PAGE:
The Fall

Pop culture can be as forbidding as it is inviting, particularly in areas that invite geeky obsession: The more devotion a genre or series or subculture inspires, the easier it is for the uninitiated to feel like they’re on the outside looking in. But geeks aren’t born; they’re made. And sometimes it only takes the right starting point to bring newbies into various intimidatingly vast obsessions. Gateways To Geekery is our regular attempt to help those who want to be enthralled, but aren’t sure where to start. Want advice? Suggest future Gateways To Geekery topics by emailing gateways@theonion.com.

Geek obsession: The Fall

Why it’s daunting: At more than 30 years and (with the new Your Future Our Clutter) 28 studio albums, The Fall is one of the most prolific and longest-running bands to ever squirm out of the British post-punk scene, but its frequent stylistic shifts—thanks primarily to leader Mark E. Smith, who tends to sack his bandmates whenever the wind changes—makes it difficult for newcomers to find a proper point of entry. The group’s biggest fan, John Peel, once famously said that the reason he loved his favorite band so was that “they are always different; they are always the same,” by which he meant that Smith’s caustic speak-sing renders even his greater leaps of faith (into say, flaccid Eurovision synth-pop or mock country) into something that’s still unmistakably The Fall. 

But by that same token, neophytes could easily come away with a blinkered or even completely inaccurate impression of what the band is capable of, based solely on a handful of out-of-context songs. Not helping matters: a seemingly bottomless well of redundant, repackaged compilations, assemblies of alternate studio takes, and live albums that confuse even the most diligent collectors. And did we mention that The Fall’s most consistent qualities are its tendency toward repetition and abrasion, while Smith’s hectoring, peculiarly pronounced-ah! vocal style is often put into the service of freeform absurdist narratives full of slanting Wyndham Lewis and H.P. Lovecraft references, inside jokes about obscure British estates and long-gone politicians, and surrealist wordplay that values meaning less than rhythmic punch? Add all that to Smith’s hunchbacked, cantankerous anti-charisma, and it’s little wonder The Fall has always retained an air of cult exclusivity.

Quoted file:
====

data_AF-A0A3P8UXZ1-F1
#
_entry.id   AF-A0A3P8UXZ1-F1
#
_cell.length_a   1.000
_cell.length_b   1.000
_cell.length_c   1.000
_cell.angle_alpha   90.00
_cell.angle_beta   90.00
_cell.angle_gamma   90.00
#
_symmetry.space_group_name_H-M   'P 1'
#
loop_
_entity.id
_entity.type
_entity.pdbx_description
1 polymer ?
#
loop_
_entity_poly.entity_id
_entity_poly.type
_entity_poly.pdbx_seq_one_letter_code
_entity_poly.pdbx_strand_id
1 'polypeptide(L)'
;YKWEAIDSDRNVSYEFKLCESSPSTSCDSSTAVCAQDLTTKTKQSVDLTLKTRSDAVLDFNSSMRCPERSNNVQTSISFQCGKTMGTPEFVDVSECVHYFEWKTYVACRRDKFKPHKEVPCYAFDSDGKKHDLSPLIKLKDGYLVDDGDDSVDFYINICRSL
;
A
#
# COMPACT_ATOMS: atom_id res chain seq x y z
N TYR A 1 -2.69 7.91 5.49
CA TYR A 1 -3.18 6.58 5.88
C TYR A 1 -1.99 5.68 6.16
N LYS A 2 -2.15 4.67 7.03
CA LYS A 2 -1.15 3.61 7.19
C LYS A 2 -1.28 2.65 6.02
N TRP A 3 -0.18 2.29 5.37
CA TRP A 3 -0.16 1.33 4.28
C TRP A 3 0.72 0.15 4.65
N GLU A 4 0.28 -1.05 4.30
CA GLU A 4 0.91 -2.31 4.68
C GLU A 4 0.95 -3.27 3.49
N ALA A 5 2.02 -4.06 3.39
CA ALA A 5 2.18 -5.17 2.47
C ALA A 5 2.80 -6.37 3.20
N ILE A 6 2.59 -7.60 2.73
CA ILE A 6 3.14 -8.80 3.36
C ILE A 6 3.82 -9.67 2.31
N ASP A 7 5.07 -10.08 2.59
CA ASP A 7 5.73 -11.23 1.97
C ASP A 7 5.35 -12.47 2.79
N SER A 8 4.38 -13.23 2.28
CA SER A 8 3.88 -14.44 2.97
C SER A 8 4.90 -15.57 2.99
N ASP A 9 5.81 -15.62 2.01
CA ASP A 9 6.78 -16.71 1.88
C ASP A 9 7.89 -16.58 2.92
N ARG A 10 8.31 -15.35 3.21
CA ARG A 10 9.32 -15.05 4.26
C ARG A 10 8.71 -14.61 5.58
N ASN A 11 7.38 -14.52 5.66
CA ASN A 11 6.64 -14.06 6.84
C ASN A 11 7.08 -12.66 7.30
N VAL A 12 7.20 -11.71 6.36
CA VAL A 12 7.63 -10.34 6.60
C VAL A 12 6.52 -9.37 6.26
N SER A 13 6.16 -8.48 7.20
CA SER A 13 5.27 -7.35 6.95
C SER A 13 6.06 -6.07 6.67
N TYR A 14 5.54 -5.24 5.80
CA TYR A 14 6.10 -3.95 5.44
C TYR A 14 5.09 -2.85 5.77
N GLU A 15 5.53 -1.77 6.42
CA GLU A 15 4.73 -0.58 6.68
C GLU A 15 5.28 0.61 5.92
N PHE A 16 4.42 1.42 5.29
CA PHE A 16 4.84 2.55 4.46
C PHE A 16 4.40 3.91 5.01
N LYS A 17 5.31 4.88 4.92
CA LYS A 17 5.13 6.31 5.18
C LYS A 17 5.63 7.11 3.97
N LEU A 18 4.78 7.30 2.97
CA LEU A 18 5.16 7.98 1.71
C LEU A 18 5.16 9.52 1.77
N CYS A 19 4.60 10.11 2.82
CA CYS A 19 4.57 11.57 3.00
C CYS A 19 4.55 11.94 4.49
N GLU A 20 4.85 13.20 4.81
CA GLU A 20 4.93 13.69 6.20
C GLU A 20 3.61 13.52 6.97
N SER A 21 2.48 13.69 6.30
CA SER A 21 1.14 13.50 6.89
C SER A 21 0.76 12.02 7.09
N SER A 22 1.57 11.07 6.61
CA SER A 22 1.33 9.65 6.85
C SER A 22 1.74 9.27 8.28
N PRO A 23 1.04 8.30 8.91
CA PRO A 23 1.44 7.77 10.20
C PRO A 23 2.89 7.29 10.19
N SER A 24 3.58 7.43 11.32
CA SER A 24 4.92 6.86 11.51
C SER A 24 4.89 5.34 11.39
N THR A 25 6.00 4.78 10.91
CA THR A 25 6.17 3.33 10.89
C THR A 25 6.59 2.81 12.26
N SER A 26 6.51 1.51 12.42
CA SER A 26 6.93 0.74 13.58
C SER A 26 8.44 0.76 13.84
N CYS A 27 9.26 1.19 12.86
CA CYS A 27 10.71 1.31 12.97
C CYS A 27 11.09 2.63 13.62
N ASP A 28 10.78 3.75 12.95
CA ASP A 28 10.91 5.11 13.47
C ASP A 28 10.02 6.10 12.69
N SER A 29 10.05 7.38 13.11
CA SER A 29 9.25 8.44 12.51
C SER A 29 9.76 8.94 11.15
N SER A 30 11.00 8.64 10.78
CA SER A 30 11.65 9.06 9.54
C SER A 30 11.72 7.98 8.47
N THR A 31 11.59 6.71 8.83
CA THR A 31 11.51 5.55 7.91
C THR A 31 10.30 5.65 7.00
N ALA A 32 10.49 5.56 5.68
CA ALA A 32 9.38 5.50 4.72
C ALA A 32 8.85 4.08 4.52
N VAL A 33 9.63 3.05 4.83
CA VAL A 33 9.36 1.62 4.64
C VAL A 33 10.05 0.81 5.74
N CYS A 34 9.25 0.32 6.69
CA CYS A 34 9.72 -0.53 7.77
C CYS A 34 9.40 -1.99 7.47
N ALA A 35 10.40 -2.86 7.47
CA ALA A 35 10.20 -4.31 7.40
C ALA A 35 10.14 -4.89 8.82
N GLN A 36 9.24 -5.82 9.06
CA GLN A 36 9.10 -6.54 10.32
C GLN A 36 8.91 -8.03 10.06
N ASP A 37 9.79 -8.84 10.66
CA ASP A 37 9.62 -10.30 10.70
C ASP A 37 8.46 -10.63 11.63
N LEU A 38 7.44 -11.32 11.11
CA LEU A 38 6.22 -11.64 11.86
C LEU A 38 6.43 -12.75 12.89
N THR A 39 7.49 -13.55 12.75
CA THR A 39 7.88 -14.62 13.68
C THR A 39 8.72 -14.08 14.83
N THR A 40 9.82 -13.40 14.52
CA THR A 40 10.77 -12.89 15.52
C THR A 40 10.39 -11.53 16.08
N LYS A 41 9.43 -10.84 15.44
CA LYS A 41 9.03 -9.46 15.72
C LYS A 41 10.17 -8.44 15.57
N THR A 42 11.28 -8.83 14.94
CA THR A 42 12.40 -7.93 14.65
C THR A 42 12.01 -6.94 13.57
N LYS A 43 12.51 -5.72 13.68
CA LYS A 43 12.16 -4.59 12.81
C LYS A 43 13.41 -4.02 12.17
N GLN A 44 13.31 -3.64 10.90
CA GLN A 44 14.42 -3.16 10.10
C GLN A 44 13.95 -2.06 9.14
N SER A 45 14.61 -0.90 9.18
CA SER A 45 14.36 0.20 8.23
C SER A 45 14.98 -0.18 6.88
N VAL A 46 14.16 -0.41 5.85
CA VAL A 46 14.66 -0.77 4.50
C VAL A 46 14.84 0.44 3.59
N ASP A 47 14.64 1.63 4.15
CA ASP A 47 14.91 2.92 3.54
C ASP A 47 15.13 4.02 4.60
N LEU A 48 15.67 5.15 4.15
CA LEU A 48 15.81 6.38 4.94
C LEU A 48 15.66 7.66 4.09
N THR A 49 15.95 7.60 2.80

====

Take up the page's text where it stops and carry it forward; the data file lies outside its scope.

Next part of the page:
Possible gateway: 50,000 Fall Fans Can’t Be Wrong: 39 Golden Greats

Why: As Bruce McCullough once declared on The Kids In The Hall, “Greatest-hits [collections] are for housewives and little girls.” But there are two reasons that otherwise sound rule of thumb doesn’t apply to this 2004 compilation: 1) The closest The Fall ever came to having a “hit” was in its tongue-in-cheek covers (both included here) of R. Dean Taylor’s Northern soul sleeper “There’s A Ghost In My House” and The Kinks’ “Victoria”—neither of which could be considered successful enough to have created “casual Fall fans” to whom this comp would appeal. 2) In distilling the entire history of The Fall down to two CDs, longtime band historian Daryl Easlea does an admirable job with an unenviable task, easily supplanting the only other worthy Fall compilation, 458489 A-Sides, which took it comparatively easy by limiting its scope to the band’s more “accessible” mid-’80s streak. 

Indicative of its thoughtfulness, 50,000 Fall Fans wisely starts off with “Repetition,” which is pretty much the Rosetta stone for understanding the band: Over a ham-fisted two-chord drone of cheap keyboards and a spidery, deliberately plinking guitar riff (The Fall: one of the few bands capable of making a guitar sound tongue-in-cheek), Smith snarls, “We dig repetition in the music / And we’re never gonna lose it.” That there is the gauntlet, and if you find you can dig it too, the rest of 50,000 is about exploring all the wonderful, frightening places repetition can go, as The Fall’s M.O. is intellectualizing that sort of deliberate amateurism, often turning it into a ballsy, brutally funny, meta-textual piss-take on the very idea of making music. (It’s also a primal blast without all the smarmy, rock-crit justification.)